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Beaten but not broken, Ronda Rousey is finally back where she belongs

A little more than 13 months after she lost her first fight, her aura of invincibility and at least some measure of her self-confidence, Ronda Rousey will return to the Octagon.

Rousey will take on current champion Amanda Nunes on Dec. 30 at UFC 207 in Las Vegas, the promotion announced.

It may prove to be the biggest fight of Rousey’s career and not simply because absence can make the pay-per-views grow fonder. This is more than the return of a champion, more than the return of the big-time atmosphere Rousey brings to her fights, and more than an intriguing matchup of the best female fighter of all time against a fast-improving and very dangerous Brazilian making her first title defense.

This is also a return to normalcy, a jolt of relief that Ronda Rousey is not just back to being Ronda Rousey, but that she’s back where she belongs.

“#FeartheReturn,” Rousey tweeted out Wednesday.

Ronda Rousey will be back in the Octagon before the end of the year at UFC 207. (Gettty)

The 29-year-old Californian has always been a trailblazer by being unapologetically herself. Her over-the-top intensity, the viciousness of her attack and her photogenic/personality-based style merged to make her an overnight sensation and established women’s mixed martial arts as a legitimate part of the sport, not some sideshow.

That uniqueness continued in the wake of her stunning defeat to Holly Holm on Nov. 15, 2015. A massive betting favorite, Rousey was incapable of handling the bigger, stronger and more athletic Holm. The lasting vision is of Holm drilling Rousey in the head with a kick, a far cry from Ronda’s string of quick arm-bar submissions.

Rousey didn’t accept the defeat like most fighters. At least not publicly. She laid her emotions on her sleeve, displaying the vulnerability often missing from such a violent pursuit.

She acknowledged embarrassment. She sought solitude and cover from the cameras. She didn’t attempt to put on a brave face. She said she felt she lost some of her love of living and part of whom she was.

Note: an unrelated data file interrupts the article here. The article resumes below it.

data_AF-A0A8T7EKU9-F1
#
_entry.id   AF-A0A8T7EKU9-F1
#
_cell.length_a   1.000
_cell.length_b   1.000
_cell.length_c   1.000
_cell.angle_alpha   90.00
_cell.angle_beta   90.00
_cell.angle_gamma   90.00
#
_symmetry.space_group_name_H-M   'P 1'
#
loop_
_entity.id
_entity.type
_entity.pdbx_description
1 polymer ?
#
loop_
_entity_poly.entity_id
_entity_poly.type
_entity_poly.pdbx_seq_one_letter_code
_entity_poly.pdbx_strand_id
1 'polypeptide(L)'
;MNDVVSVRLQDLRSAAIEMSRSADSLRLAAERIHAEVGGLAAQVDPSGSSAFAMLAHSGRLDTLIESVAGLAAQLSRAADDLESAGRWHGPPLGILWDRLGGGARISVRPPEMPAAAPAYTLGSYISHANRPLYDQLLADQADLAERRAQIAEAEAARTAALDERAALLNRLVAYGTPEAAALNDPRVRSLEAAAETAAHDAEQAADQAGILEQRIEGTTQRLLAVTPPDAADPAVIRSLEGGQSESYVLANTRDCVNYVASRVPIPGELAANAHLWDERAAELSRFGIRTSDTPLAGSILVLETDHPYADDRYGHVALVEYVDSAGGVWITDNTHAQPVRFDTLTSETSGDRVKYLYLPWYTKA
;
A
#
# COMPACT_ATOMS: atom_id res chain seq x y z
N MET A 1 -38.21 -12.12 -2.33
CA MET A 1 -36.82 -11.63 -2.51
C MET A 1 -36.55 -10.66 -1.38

“I’m just really [expletive] sad,” she told ESPN the Magazine last December.

Those comments and an extended vacation led to plenty of speculation that the UFC’s biggest star would be gone, retiring with a 12-1 record. She went on vacations. She took time to film a couple movies. She disappeared from the public eye.

Everyone hoped this was a break, not a permanent retirement. No one knew for sure. The single-biggest speculative conversation starter in MMA over the last year was whether Rousey would fight again.

Question answered.

“The thing with Ronda was she wanted time off,” UFC president Dana White said on Fox Sports Radio in announcing the fight. “She said ‘I want to go away, I want to relax,’ but this girl worked hard for us for three years, non-stop, fight after fight, promotion after promotion and she wanted time off.”

Time off is understandable. In combat sports, there is no room for anything except 100 percent motivation. You might be able to coast through a game in some pursuits, but you can’t here. It’s too dangerous.

“I say it all the time — if you even hint that ‘I want to retire, or I want time off,’ you need to do it in this sport,” White said. “You’ve got to be all in, in this sport. You’ve got to be all in, you’ve got to be a killer, you’ve got to want it, you’ve got to want to be a world champion.”

Rousey had the money and the fame and the career outside the cage to never need fighting again. Yet apparently there is still a need to fight. Her appeal has always been partially rooted in her ruthlessness, best displayed through that scowl she wears walking to the Octagon and the attack mode she displays in most bouts. She’s a competitor, a former Judo champion and Olympic medalist.

Holm was able to neutralize her with better timing, harder punches and too much power. The thing with women’s MMA is that it is essentially a new sport, with more and more athletes joining its ranks by the day. Rousey showed there are millions to be made here and as a result, the sport gets better and better.

Holm was a former boxing champion and all-around athlete who buckled down for a year of training and massive improvement. Yet she’s lost twice since defeating Rousey. Meisha Tate took the title from Holm in March, but then Tate lost to Nunes in July. It stands to reason that the skill level of the fighters is spinning upward rapidly.

So where does that leave Rousey? Is she still the most dominant out there, now looking to shake off a bad performance against Holm? Does Rousey need better coaching, better training, an even more serious approach to the fight game? Or can she still overwhelm everyone, defeat Nunes and then set up a mega-match with Cris Cyborg and perhaps a Holm rematch down the line?

“Ronda Rousey has been the biggest, baddest female fighter on the planet since we got into women’s fighting,” White said. “Ronda had a bad loss obviously and lost her title, but she’s still Ronda Rousey at the end of the day.”

Is she, or did that knockout take her out for good? Those are the questions that will be answered inside the cage at the end of the year. The physical questions. The competition questions.

The more important one is already taken care of – it turns out a loss that was as emotionally and spiritually painful as it was physically didn’t break Ronda Rousey.

The champ is back.

Ronda Rousey will fight on Dec. 30 for the first time since getting knocked out by Holly Holm. (Getty)